Top Officials Briefed Donald Trump On Aggressive Plan To Confront Putin At Meeting, Trump Praised Him Instead

Pablo Martinez MonsivaisAP Images

Donald Trump was briefed by top White House aides on a plan to aggressively confront Vladimir Putin at their meeting this week, but Trump refused and took a different tack — publicly praising the Russian president at a controversial press conference.

A report from the Wall Street Journal claimed that officials advised Trump to take the Justice Department’s indictment of 12 top Russian military officers and “shove it in Putin’s face and look strong doing it.” The indictments claimed that these officers led a campaign to hack emails from the Democratic National Committee and Hillary Clinton’s campaign chief, which were then leaked online in a bid to harm Clinton’s election chances.

Many had publicly called on Trump to confront Putin over the indictment and the assessment of the American intelligence community that Russia interfered in the 2016 election on Putin’s orders. Before the summit in Helsinki, Finland, Republican Senator John McCain said Trump should cancel the meeting if he was not prepared to aggressively confront Putin.

“President Trump must be willing to confront Putin from a position of strength and demonstrate that there will be a serious price to pay for his ongoing aggression towards the United States and democracies around the world. If President Trump is not prepared to hold Putin accountable, the summit in Helsinki should not move forward,” McCain said in a statement (via The Hill).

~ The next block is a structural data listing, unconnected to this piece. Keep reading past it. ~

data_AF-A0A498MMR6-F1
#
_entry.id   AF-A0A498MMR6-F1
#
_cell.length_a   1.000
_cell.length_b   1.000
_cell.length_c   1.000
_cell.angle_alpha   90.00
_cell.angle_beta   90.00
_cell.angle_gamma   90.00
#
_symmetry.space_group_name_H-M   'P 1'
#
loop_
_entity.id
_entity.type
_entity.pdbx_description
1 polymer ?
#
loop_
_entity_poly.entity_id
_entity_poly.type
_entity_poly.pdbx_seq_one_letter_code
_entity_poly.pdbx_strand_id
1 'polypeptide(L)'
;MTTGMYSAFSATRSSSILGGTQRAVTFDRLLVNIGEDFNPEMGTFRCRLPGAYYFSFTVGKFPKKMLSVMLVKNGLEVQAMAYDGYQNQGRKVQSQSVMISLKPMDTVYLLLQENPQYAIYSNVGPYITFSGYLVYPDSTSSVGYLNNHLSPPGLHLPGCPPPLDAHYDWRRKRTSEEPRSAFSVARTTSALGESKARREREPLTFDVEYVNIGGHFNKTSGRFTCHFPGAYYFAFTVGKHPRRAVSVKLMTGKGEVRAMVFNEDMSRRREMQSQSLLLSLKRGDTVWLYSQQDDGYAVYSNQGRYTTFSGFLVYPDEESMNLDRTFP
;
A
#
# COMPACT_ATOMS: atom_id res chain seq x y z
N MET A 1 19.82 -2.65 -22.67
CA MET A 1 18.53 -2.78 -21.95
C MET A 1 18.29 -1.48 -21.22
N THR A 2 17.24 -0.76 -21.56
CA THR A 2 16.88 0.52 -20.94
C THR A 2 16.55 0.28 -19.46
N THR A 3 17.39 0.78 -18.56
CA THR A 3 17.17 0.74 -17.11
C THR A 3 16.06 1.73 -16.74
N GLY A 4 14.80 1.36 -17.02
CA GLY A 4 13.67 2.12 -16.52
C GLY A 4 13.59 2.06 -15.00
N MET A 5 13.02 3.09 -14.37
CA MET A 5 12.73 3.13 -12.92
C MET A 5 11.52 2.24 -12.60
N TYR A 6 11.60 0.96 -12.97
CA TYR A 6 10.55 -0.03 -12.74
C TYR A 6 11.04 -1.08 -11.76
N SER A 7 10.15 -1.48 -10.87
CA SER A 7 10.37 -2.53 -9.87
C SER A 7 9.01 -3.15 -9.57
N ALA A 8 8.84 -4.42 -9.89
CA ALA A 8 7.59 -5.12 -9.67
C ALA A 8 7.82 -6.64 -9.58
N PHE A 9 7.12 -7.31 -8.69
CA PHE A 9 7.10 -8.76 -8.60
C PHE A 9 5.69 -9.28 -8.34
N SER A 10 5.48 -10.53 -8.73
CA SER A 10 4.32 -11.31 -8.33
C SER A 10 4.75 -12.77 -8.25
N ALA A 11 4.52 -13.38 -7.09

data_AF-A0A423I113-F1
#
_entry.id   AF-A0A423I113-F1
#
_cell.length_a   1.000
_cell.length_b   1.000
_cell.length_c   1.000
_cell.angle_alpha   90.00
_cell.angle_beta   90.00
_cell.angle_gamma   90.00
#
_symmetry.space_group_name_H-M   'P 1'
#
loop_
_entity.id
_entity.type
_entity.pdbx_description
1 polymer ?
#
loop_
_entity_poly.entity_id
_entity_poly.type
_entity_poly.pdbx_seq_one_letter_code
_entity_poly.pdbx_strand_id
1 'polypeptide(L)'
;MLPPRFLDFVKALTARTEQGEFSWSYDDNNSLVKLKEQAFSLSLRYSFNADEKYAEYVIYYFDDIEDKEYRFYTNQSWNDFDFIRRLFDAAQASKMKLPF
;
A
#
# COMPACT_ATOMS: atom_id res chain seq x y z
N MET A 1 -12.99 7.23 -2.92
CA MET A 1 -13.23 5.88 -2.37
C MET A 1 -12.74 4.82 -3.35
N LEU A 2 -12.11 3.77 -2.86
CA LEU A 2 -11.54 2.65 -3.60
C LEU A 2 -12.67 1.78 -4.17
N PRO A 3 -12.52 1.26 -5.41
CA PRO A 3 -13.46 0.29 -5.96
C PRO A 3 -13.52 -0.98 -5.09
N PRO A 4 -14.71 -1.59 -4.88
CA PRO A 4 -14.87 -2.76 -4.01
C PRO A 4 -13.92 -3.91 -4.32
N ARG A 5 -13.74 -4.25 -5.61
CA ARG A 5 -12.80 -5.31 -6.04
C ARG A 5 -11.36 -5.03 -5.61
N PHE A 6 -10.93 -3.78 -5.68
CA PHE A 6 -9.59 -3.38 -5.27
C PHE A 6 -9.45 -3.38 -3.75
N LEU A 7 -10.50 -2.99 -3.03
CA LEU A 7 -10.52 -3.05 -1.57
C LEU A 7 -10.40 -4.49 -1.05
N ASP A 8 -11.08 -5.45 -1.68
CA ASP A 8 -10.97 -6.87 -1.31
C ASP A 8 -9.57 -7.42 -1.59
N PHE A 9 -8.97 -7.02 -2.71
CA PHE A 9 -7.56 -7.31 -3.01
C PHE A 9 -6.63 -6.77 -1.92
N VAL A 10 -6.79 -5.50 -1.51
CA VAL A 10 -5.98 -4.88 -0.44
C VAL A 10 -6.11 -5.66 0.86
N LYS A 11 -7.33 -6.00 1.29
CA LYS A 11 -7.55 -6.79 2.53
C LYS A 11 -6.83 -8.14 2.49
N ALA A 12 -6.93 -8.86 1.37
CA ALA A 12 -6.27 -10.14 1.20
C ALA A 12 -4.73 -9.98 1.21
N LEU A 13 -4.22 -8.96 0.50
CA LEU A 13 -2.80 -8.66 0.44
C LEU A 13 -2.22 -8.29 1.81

But as the Wall Street Journal noted, Trump did not listen to the advice of McCain or his own security team.

“It was a well laid-out plan. Unfortunately, he didn’t execute on it,” the official reportedly continued.

Instead, Trump appeared to praise Vladimir Putin in a press conference after their private meeting, siding with the Russian president when he claimed that Russia did not interfere with the election. Trump called Putin’s denial “extremely strong and powerful” and called into doubt the assessment of the U.S. intelligence community that Russia had interfered with the election. As Salon noted, Trump instead seemed to cast blame on the DNC itself for the hack.


Donald Trump ultimately tried to walk back the claims amid widespread criticism both from Republicans and Democrats, but still has not publicly pressed Vladimir Putin or admitted that Russia was behind the election interference. There will be one more chance to put the original plan into motion, however — Trump announced this week that Putin would be making a visit to Washington, D.C., in the fall.